And of course, this also goes without saying for living things—again, so long as we listen rather than dictate. For many years, biologists thought that much of our DNA was meaningless junk because that’s how it appeared at first glance—a lot of random patterns. But they continued to listen carefully and realized that the way a single strand of DNA is folded matters tremendously. They discovered that just as the dents on a DVD carry several layers of meaning—a binary layer, a cinematic layer, a linguistic layer (i.e. a movie’s dialogue), etc.—so also the nucleic acid bumps on a DNA molecule carry astonishingly deep layers of meaning, revealing patterns astronomically more complex than they first thought. And so they press on with the quest to understand and then translate them so that students can have fun reading about it all in their textbooks.
The point is that all this information that we discover in nature is just as objective and useful as a block of iron ore. Engineers don’t create the metal in the tools that we use; instead, they discover the metal ore and then use it creatively. Likewise, they don’t create the math we use to design things; instead, we discover the math and then use it creatively.
In other words, the information that they use is objective. It is not something that only exists in our heads. But unlike our physical tools—cranes and tractors, etc.—numbers and equations have no tangible traits at all. As with any and all information, they are simply immaterial words and sentences, pure meaning. Hammers and tractors and protractors have lots of physical qualities; circles and triangles and integrals do not. We can feel a hammer as we use it to build, but we cannot feel a trigonometric function as we use it to create the plans for a building. We can measure the force of a tractor as we use it to dig the foundation of a house, but we cannot measure any physical qualities in the trigonometric equations that we use it to build that same house.
It takes rational creative minds at least ten years of study before they can begin to comprehend some of this information. Yet it is simply there, governing the universe, available to be comprehended. Astronomer Royal Martin Rees wrote a book titled Just Six Numbers about the entire universe depends for its existence upon being finely tuned to six numbers. For example, the number called Ω (omega), represents the amount of matter in the universe. Omega equals 1, and Rees says if it were greater than 1 then the universe would have collapsed long ago, but if it were less than 1 no galaxies would have formed.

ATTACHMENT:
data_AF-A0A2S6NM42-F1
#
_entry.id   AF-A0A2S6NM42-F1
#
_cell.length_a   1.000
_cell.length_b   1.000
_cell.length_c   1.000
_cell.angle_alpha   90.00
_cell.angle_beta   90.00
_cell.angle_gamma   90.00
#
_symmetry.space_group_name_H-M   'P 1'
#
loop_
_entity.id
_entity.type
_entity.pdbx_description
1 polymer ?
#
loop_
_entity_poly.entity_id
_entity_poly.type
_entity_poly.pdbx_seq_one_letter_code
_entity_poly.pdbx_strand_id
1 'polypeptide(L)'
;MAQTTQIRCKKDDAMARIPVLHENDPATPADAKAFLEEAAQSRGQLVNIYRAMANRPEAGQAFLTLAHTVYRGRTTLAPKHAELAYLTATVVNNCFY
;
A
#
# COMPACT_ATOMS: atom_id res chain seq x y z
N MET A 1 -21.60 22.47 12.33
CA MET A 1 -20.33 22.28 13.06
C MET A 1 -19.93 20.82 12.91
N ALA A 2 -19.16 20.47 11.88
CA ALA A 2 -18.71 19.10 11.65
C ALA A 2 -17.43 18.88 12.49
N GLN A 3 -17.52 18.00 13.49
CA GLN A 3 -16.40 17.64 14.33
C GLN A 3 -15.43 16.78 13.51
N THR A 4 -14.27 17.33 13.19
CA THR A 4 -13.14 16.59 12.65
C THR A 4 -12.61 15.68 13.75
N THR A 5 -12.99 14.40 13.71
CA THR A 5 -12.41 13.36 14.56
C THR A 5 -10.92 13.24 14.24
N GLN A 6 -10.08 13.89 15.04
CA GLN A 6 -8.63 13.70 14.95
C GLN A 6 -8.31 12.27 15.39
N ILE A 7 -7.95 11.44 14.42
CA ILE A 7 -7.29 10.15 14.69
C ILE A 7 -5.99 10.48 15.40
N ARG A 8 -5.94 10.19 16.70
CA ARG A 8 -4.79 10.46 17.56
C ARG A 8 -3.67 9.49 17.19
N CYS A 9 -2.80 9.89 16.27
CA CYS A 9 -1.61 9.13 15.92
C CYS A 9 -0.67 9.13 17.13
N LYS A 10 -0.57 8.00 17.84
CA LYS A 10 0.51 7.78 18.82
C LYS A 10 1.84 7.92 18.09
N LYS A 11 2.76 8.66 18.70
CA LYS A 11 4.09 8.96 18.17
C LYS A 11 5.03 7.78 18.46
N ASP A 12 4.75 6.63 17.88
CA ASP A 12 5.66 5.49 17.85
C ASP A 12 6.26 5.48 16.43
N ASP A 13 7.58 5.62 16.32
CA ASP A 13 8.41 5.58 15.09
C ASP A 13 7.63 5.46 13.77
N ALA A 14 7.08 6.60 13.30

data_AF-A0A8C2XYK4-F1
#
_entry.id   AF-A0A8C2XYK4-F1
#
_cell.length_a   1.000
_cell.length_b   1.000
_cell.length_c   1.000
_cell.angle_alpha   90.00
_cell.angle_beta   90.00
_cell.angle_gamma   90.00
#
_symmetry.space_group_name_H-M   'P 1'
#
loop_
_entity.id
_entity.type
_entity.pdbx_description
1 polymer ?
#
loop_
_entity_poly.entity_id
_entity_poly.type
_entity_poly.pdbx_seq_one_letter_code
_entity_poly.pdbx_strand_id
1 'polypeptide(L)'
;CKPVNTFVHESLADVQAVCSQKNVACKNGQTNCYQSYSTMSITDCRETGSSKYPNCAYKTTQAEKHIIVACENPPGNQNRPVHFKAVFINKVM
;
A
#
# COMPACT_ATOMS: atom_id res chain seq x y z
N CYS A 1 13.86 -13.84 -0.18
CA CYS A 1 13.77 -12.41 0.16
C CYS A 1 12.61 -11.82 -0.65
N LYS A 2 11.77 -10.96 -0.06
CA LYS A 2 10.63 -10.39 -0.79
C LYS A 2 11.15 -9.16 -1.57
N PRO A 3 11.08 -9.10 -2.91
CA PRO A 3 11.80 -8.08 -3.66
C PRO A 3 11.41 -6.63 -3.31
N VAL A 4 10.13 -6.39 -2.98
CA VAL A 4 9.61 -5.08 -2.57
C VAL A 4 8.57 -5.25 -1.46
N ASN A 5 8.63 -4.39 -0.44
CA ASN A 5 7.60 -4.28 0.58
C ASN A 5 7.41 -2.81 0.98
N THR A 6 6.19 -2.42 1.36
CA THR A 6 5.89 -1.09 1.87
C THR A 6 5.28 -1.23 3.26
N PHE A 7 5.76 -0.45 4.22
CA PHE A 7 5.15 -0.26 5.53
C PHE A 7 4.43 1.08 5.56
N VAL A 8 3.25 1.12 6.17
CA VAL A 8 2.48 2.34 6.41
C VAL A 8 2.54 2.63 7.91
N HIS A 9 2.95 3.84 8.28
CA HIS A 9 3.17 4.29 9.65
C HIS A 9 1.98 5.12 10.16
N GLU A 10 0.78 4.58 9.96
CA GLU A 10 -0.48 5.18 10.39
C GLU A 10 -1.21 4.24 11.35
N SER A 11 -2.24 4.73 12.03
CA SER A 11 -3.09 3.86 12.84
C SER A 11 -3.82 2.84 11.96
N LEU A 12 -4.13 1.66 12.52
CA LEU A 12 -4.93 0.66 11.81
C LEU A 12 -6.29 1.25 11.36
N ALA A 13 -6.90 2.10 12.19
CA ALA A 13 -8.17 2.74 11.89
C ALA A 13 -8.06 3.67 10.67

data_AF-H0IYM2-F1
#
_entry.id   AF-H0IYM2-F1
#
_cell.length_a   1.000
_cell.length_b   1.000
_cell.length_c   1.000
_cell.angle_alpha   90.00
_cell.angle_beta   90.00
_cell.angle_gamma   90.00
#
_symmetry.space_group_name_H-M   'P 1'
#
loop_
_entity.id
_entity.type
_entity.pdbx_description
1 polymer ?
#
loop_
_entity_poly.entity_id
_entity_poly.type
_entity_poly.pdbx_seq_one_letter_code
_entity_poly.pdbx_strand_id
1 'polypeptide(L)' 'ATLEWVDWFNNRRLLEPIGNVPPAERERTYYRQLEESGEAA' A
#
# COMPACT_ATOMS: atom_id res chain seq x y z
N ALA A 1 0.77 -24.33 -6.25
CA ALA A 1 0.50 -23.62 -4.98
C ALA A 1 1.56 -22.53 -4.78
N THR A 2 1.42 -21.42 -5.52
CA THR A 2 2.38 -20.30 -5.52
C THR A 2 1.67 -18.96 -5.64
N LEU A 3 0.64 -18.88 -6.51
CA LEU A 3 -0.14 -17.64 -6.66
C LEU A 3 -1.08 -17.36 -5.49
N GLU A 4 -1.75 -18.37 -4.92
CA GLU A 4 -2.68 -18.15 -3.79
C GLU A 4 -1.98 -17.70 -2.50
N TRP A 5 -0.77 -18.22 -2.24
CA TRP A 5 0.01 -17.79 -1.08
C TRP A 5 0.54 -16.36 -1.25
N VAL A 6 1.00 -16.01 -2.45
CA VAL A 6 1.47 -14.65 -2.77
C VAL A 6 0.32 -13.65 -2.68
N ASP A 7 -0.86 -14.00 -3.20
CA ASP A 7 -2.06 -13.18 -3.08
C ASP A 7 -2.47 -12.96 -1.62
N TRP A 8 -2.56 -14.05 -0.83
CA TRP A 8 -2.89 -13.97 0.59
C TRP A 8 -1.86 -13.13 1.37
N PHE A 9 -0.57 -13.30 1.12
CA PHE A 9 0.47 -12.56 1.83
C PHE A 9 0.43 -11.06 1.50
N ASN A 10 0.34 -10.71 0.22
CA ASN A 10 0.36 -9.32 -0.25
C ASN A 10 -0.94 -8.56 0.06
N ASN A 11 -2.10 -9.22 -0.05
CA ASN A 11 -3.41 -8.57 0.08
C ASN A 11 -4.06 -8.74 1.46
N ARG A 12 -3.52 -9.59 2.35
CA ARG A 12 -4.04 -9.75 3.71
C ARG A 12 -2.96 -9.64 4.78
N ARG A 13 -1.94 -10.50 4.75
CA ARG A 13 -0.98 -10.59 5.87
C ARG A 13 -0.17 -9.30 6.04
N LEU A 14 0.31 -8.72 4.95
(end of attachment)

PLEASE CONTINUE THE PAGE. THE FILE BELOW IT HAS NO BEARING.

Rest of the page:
A few basic physical laws set the ‘rules’; our emergence from a simple Big Bang was sensitive to six ‘cosmic numbers’. Had these numbers not be ‘well tuned’, the gradual unfolding of layer upon layer of complexity would have been quenched.[ix]
The only reason to deny the existence of such information is due to an aversion to spirituality. Yet rational, creative sentences saturate us. “Why do you run around looking for the truth?” asked Laozi. “Be still, and there it is—in the mountain, in the pine, in yourself. Do you imagine the universe is agitated? Go into the desert at night and look at the stars. The practice should answer the question.”
These Patterns Are an All-or-Nothing Phenomenon
These mathematical patterns that we discover in nature form an all-or-nothing phenomenon. (Now calling patterns mathematical is redundant, like calling rainbows colorful. So I will just continue to refer to patterns.) Just as you can’t have only one species of fish, or one word in a language, or one baseball player on a team, so also you can’t have just one branch of mathematics.
In fact, this is a mathematical fact, proved by German mathematician Georg Cantor in 1878. He used a simple proof to show that, for example, a 2-cm line segment has just as many points on it as are inside a cube the size of our solar system. “I see it, but I don’t believe it!” he wrote to a fellow mathematician, Richard Dedekind.
To understand the implications of Cantor’s discovery, consider this riddle that uses a geometric figure called the Möbius Strip. In Avengers: Endgame Tony Stark, a.k.a. Ironman, used a Möbius Strip to unlock the secret to time travel. To make one, take a regular piece of printer paper and cut off a one-inch piece lengthwise so that you have a one by eight-and-a-half ribbon of paper. If you tape the ends together then you have a loop. But if you twist one end of it half a turn before taping it together, then you have a Möbius Strip. Now here is the riddle: How many sides does it have—one or two?
You can draw one line continuously along the entire ribbon without ever having to pick up your pencil. But how can it possibly have just one side? Consider not just the paper object but the idea that it represents.
What happened? We asked a question about a two-dimensional representation (the ribbon/plane of the Möbius Strip) using the language and vantage point of three-dimensional space. That does not compute. That is to say that, strictly speaking, the word “side” only applies to three-dimensional objects; two-dimensional concepts do not have any sides at all. For example, if you stack a thousand sheets of paper on of each other then you’ll get a 3-D block of paper. However, if you “stacked” a thousand mathematical planes together, then you would still only have a 2-dimensional plane. Similarly, if you “stacked” a thousand 2-D ribbons on top of each other (though you would have to do it before twisting them in 3-D space) you still would not have any sides or surfaces. But this can be easy to lose track of, and so the tricks a good mathematician can do with such things would make any Las Vegas magician drool.
Now let’s return to Cantor’s discovery about how a one-dimensional line segment has the same number of mathematical points on it as does a two-dimensional plane or a 3-dimensional object. That means you can take all the information in a 3-D cube and translate it digitally into 1-D information—into a linear series of 1’s and 0’s. We have already recognized that mathematical truth is an objective phenomenon—that it is there to be comprehended (even on Sundays) like a book on a shelf—and now we are confronted with the fact that this “book” is a singular phenomenon.